"At OPEC's meeting in November, we took two decisions," Ali al-Omair said at a lecture in Kuwait City.
"The first was to keep the production ceiling unchanged and the second to hold the next meeting in June. So far, nothing has changed and there are no calls for holding an emergency meeting," Omair said.
He declined to answer a question on what price would force the Organisation of Petroleum Exporting Countries to step in to bolster the market.
"As of now, there are no plans. We will talk about it when it comes," the minister said in response to a question on whether OPEC would meet if prices drop to $40 a barrel.
The Kuwaiti minister said the current slide in oil prices had "surpassed all forecasts", which initially predicted a slight drop in crude prices.
He said excess supplies in global markets had increased from 1.2 million barrels per day when OPEC met last month to 1.8 million bpd now.
Oil prices were also under pressure because "many world markets are saturated" with oil.
Earlier on Tuesday, Omair said OPEC should stick by its decision to maintain production levels despite sliding prices.
"There is no need for OPEC to change its decision" taken on November 27, the minister told reporters outside parliament.
"Kuwait believes the decision was correct and we should continue with it," he said, brushing aside calls for OPEC to take action.
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The decision was not aimed at triggering "a price war", he added.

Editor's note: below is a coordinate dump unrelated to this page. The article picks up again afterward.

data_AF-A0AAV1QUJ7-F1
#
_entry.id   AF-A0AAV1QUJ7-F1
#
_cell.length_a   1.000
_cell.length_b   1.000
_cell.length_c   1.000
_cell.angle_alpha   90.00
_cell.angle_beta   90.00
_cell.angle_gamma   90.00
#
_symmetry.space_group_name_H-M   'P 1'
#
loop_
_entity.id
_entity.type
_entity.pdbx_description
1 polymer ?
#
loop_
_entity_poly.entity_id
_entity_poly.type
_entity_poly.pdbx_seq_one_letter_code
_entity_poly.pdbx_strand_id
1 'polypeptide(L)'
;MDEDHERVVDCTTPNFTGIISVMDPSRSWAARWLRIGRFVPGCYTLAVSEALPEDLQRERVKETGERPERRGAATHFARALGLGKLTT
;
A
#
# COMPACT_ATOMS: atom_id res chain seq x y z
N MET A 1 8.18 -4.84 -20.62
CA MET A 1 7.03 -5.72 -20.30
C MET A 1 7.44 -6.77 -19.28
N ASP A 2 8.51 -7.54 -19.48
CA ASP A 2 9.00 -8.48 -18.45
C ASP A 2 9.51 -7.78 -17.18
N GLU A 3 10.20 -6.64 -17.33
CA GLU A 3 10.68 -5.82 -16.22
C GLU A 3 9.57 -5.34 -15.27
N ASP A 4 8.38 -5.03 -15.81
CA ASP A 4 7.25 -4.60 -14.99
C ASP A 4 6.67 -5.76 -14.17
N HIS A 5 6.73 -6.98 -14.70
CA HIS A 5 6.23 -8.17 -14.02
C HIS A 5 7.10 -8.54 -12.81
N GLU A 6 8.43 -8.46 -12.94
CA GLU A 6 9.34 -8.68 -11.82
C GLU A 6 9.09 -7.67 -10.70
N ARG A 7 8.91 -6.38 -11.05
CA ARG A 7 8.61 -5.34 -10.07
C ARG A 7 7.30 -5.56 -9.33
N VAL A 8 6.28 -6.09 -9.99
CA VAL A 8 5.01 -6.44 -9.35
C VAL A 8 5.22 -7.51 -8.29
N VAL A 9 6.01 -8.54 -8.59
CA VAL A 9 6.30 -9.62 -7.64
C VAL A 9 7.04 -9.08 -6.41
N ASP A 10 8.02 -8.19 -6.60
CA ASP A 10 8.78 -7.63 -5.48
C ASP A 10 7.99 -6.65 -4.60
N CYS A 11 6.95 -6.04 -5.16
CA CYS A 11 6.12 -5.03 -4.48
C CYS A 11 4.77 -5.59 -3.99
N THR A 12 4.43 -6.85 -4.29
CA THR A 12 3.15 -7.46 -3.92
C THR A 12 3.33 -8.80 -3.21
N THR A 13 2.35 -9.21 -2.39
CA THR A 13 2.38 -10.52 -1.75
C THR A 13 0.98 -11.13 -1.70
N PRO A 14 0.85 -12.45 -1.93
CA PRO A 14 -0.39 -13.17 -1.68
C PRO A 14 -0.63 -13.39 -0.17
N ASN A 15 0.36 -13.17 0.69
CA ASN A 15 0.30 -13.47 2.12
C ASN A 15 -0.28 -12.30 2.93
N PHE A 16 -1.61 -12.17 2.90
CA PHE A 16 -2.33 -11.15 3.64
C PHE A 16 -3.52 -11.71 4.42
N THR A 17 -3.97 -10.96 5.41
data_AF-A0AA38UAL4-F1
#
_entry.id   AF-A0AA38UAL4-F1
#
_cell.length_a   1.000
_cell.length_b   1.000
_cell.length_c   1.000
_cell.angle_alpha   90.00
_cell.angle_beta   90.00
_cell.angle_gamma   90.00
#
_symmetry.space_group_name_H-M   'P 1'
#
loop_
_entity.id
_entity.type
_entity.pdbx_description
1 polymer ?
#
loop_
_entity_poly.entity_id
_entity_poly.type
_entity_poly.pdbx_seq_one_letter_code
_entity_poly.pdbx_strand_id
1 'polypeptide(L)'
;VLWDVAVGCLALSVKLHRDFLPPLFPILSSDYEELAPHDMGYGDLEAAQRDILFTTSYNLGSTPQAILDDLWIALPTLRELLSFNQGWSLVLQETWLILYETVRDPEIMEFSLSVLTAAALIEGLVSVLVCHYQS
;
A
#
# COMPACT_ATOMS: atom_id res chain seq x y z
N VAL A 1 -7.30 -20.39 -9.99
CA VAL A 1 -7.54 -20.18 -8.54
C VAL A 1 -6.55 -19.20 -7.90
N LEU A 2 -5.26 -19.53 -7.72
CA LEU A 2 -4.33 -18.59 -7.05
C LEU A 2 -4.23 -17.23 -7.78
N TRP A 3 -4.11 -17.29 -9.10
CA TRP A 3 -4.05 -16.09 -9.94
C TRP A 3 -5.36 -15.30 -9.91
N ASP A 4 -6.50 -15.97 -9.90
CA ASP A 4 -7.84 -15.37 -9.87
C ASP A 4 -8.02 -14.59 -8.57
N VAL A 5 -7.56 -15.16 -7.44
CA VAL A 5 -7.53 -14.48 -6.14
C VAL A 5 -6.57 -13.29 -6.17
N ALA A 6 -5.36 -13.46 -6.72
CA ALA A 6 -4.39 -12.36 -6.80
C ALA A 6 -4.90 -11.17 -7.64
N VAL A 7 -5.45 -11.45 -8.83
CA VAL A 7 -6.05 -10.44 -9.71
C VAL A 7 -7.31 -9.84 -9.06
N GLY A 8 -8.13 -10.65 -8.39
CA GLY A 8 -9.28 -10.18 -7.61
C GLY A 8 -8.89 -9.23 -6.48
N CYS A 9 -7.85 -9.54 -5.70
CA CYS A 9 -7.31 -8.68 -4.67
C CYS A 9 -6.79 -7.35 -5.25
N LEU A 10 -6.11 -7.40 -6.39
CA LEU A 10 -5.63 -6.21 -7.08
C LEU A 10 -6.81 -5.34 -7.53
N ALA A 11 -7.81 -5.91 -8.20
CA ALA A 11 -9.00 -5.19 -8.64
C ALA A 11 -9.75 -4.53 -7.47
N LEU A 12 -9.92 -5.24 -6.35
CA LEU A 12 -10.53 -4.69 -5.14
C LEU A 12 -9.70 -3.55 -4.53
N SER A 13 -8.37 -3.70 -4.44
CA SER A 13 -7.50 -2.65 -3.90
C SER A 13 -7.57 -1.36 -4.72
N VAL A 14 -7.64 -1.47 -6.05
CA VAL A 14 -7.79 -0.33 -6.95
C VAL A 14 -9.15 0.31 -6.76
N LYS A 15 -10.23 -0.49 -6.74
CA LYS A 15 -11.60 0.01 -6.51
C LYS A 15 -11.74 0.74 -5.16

Brent crude dived to a five-year low under $60 as markets were rocked by shrinking Chinese manufacturing output and economic turmoil in Russia.
London's benchmark contract Brent North Sea crude for January slumped as low as $58.50 per barrel -- the lowest since May 2009.
It climbed back to $59.83 in late trading, still down $1.23 from Monday's close.
New York's West Texas Intermediate (WTI) for January hit a similar five-year low at $53.60, although prices climbed back to $55.79 in midday trading.
Oil prices have plummeted by almost 50 percent since June, with losses picking up after OPEC's decision to hold its output ceiling in an oversupplied market.
Sentiment was also hit Tuesday by the Russian central bank's shock move to raise interest rates to 17 percent, a move which failed to arrest the slide of the ruble.
The minister hinted that oil prices could slide further.
"Undoubtedly many of the shale oil and sand oil companies are producing at a cost higher that current oil prices," Omair said.
"It depends on the capability of these producers to continue pumping at such a low price," he said.
Omair said OPEC pumps around 30 percent of global supplies and "we cannot reduce this level".